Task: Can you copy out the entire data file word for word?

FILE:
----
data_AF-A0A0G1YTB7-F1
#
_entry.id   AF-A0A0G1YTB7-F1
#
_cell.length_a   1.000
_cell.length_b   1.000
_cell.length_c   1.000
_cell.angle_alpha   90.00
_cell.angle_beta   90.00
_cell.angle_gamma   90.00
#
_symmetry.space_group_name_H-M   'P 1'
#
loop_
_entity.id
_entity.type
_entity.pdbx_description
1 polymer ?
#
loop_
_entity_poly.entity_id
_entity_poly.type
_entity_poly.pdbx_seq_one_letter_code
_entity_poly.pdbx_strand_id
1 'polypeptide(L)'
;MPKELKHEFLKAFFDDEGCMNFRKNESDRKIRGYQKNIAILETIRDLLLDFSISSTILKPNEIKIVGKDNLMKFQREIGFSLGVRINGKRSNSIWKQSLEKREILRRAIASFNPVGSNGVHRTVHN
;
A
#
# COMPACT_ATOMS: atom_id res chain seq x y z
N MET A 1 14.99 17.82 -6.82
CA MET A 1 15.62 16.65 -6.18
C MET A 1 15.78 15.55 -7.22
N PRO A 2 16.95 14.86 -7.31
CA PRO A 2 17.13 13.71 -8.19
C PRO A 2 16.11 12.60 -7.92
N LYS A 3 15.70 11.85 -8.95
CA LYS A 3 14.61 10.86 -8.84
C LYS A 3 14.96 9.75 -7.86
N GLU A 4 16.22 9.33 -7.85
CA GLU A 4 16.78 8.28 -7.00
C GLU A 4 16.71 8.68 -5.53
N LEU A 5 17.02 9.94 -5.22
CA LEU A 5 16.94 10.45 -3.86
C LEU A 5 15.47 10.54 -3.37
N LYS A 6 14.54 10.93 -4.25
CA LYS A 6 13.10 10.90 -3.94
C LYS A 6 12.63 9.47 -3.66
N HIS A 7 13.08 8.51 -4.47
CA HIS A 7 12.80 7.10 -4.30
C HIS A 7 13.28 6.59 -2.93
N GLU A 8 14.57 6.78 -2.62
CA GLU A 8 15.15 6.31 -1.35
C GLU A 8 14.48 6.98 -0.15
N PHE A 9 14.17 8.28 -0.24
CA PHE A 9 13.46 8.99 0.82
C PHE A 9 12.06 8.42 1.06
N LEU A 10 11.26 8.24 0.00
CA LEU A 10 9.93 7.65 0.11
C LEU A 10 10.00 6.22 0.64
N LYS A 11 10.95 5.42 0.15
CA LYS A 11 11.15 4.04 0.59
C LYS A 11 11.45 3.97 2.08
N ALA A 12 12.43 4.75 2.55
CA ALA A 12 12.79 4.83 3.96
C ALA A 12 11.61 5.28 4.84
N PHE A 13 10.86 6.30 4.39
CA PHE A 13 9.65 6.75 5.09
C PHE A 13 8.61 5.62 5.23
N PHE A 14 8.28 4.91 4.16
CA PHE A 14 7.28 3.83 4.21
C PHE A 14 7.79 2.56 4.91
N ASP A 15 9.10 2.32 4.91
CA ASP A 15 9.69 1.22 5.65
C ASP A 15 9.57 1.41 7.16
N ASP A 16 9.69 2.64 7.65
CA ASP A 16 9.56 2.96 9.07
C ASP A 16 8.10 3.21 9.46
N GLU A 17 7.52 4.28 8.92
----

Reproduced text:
data_AF-A0A0G1YTB7-F1
#
_entry.id   AF-A0A0G1YTB7-F1
#
_cell.length_a   1.000
_cell.length_b   1.000
_cell.length_c   1.000
_cell.angle_alpha   90.00
_cell.angle_beta   90.00
_cell.angle_gamma   90.00
#
_symmetry.space_group_name_H-M   'P 1'
#
loop_
_entity.id
_entity.type
_entity.pdbx_description
1 polymer ?
#
loop_
_entity_poly.entity_id
_entity_poly.type
_entity_poly.pdbx_seq_one_letter_code
_entity_poly.pdbx_strand_id
1 'polypeptide(L)'
;MPKELKHEFLKAFFDDEGCMNFRKNESDRKIRGYQKNIAILETIRDLLLDFSISSTILKPNEIKIVGKDNLMKFQREIGFSLGVRINGKRSNSIWKQSLEKREILRRAIASFNPVGSNGVHRTVHN
;
A
#
# COMPACT_ATOMS: atom_id res chain seq x y z
N MET A 1 14.99 17.82 -6.82
CA MET A 1 15.62 16.65 -6.18
C MET A 1 15.78 15.55 -7.22
N PRO A 2 16.95 14.86 -7.31
CA PRO A 2 17.13 13.71 -8.19
C PRO A 2 16.11 12.60 -7.92
N LYS A 3 15.70 11.85 -8.95
CA LYS A 3 14.61 10.86 -8.84
C LYS A 3 14.96 9.75 -7.86
N GLU A 4 16.22 9.33 -7.85
CA GLU A 4 16.78 8.28 -7.00
C GLU A 4 16.71 8.68 -5.53
N LEU A 5 17.02 9.94 -5.22
CA LEU A 5 16.94 10.45 -3.86
C LEU A 5 15.47 10.54 -3.37
N LYS A 6 14.54 10.93 -4.25
CA LYS A 6 13.10 10.90 -3.94
C LYS A 6 12.63 9.47 -3.66
N HIS A 7 13.08 8.51 -4.47
CA HIS A 7 12.80 7.10 -4.30
C HIS A 7 13.28 6.59 -2.93
N GLU A 8 14.57 6.78 -2.62
CA GLU A 8 15.15 6.31 -1.35
C GLU A 8 14.48 6.98 -0.15
N PHE A 9 14.17 8.28 -0.24
CA PHE A 9 13.46 8.99 0.82
C PHE A 9 12.06 8.42 1.06
N LEU A 10 11.26 8.24 0.00
CA LEU A 10 9.93 7.65 0.11
C LEU A 10 10.00 6.22 0.64
N LYS A 11 10.95 5.42 0.15
CA LYS A 11 11.15 4.04 0.59
C LYS A 11 11.45 3.97 2.08
N ALA A 12 12.43 4.75 2.55
CA ALA A 12 12.79 4.83 3.96
C ALA A 12 11.61 5.28 4.84
N PHE A 13 10.86 6.30 4.39
CA PHE A 13 9.65 6.75 5.09
C PHE A 13 8.61 5.62 5.23
N PHE A 14 8.28 4.91 4.16
CA PHE A 14 7.28 3.83 4.21
C PHE A 14 7.79 2.56 4.91
N ASP A 15 9.10 2.32 4.91
CA ASP A 15 9.69 1.22 5.65
C ASP A 15 9.57 1.41 7.16
N ASP A 16 9.69 2.64 7.65
CA ASP A 16 9.56 2.96 9.07
C ASP A 16 8.10 3.21 9.46
N GLU A 17 7.52 4.28 8.92